It depends on how you're actually interacting with your data in practice.
If you have no overnight holding positions and forcefully liquidate at the end of bar 10 minutes before the market close, then you truncate the last three returns since you can't actually act on them.
If you have overnight holding positions, and the market has continuous trading in non-US business hours, then this is merely a challenge in data acquisition because those samples actually exist. You may want to address the seasonal regime shift in the data in this case.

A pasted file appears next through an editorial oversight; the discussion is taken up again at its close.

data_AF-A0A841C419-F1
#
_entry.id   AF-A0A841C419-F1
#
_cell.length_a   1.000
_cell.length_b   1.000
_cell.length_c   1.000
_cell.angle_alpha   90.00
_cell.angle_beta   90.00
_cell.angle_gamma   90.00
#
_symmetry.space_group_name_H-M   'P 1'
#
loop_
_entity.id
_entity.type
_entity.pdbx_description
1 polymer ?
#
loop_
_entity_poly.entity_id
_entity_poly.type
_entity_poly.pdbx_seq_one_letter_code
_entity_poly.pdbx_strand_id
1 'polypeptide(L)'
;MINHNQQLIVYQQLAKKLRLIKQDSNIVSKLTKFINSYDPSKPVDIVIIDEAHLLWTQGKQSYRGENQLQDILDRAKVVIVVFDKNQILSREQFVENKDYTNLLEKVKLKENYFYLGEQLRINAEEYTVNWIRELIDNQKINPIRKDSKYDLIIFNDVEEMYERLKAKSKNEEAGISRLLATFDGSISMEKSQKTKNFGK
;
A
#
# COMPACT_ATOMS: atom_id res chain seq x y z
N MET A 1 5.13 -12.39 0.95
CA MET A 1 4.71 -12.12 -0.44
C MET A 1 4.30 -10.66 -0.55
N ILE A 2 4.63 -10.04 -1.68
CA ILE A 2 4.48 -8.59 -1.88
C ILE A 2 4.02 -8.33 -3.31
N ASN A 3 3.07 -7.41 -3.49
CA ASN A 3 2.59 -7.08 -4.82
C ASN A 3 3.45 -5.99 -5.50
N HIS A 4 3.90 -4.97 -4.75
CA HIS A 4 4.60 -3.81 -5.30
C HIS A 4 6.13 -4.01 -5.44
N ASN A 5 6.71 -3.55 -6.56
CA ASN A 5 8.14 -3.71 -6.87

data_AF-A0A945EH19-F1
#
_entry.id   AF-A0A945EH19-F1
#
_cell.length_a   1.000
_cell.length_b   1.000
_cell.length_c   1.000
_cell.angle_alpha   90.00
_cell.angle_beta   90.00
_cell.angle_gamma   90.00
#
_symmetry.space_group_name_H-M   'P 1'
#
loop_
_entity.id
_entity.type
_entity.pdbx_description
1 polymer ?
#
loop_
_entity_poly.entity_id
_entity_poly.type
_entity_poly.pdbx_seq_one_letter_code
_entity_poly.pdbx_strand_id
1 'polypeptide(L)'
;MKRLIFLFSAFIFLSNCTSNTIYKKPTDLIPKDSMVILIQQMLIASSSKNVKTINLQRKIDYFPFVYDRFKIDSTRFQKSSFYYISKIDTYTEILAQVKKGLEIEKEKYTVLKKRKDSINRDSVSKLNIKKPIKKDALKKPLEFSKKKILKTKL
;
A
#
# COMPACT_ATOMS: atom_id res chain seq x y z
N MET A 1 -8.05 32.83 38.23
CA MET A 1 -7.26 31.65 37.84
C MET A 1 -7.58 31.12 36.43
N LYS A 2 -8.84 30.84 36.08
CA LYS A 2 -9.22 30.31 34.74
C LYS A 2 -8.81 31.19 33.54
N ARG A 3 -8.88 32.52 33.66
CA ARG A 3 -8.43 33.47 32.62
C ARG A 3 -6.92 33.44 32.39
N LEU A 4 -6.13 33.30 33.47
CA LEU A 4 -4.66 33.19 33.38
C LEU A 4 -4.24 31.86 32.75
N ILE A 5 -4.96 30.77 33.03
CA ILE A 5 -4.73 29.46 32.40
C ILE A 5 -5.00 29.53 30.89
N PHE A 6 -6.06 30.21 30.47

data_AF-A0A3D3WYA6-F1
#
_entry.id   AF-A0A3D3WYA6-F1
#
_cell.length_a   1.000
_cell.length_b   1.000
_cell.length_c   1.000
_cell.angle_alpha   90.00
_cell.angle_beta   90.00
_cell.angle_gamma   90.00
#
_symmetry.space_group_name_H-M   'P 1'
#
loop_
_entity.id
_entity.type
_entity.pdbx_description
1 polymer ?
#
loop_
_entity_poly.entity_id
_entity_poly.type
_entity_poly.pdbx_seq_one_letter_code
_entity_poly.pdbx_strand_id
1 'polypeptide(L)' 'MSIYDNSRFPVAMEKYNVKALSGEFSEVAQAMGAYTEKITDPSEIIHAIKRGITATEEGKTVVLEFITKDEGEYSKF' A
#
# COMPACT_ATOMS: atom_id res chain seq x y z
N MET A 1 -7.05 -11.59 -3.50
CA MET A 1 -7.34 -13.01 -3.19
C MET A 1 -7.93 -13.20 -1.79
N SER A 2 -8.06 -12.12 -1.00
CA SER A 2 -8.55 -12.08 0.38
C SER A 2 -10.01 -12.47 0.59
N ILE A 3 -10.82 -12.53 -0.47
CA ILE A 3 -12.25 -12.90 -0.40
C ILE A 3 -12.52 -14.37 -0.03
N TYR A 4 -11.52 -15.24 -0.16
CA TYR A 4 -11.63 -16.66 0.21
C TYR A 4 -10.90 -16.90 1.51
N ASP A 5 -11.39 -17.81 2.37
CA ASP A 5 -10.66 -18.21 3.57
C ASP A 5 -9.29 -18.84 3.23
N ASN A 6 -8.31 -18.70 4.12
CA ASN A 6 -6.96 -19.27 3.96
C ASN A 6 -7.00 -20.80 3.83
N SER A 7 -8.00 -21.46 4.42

If you have overnight holding positions, and the market halts trading for some nontrivial amount of time $\gg$ 5 min between two sessions, but you aren't actually trying to predict the jumps, you can just leave out those data points.
If you have overnight holding positions, and the market halts trading as above, but you are actually trying to predict this gap, it is reasonable to model this separately.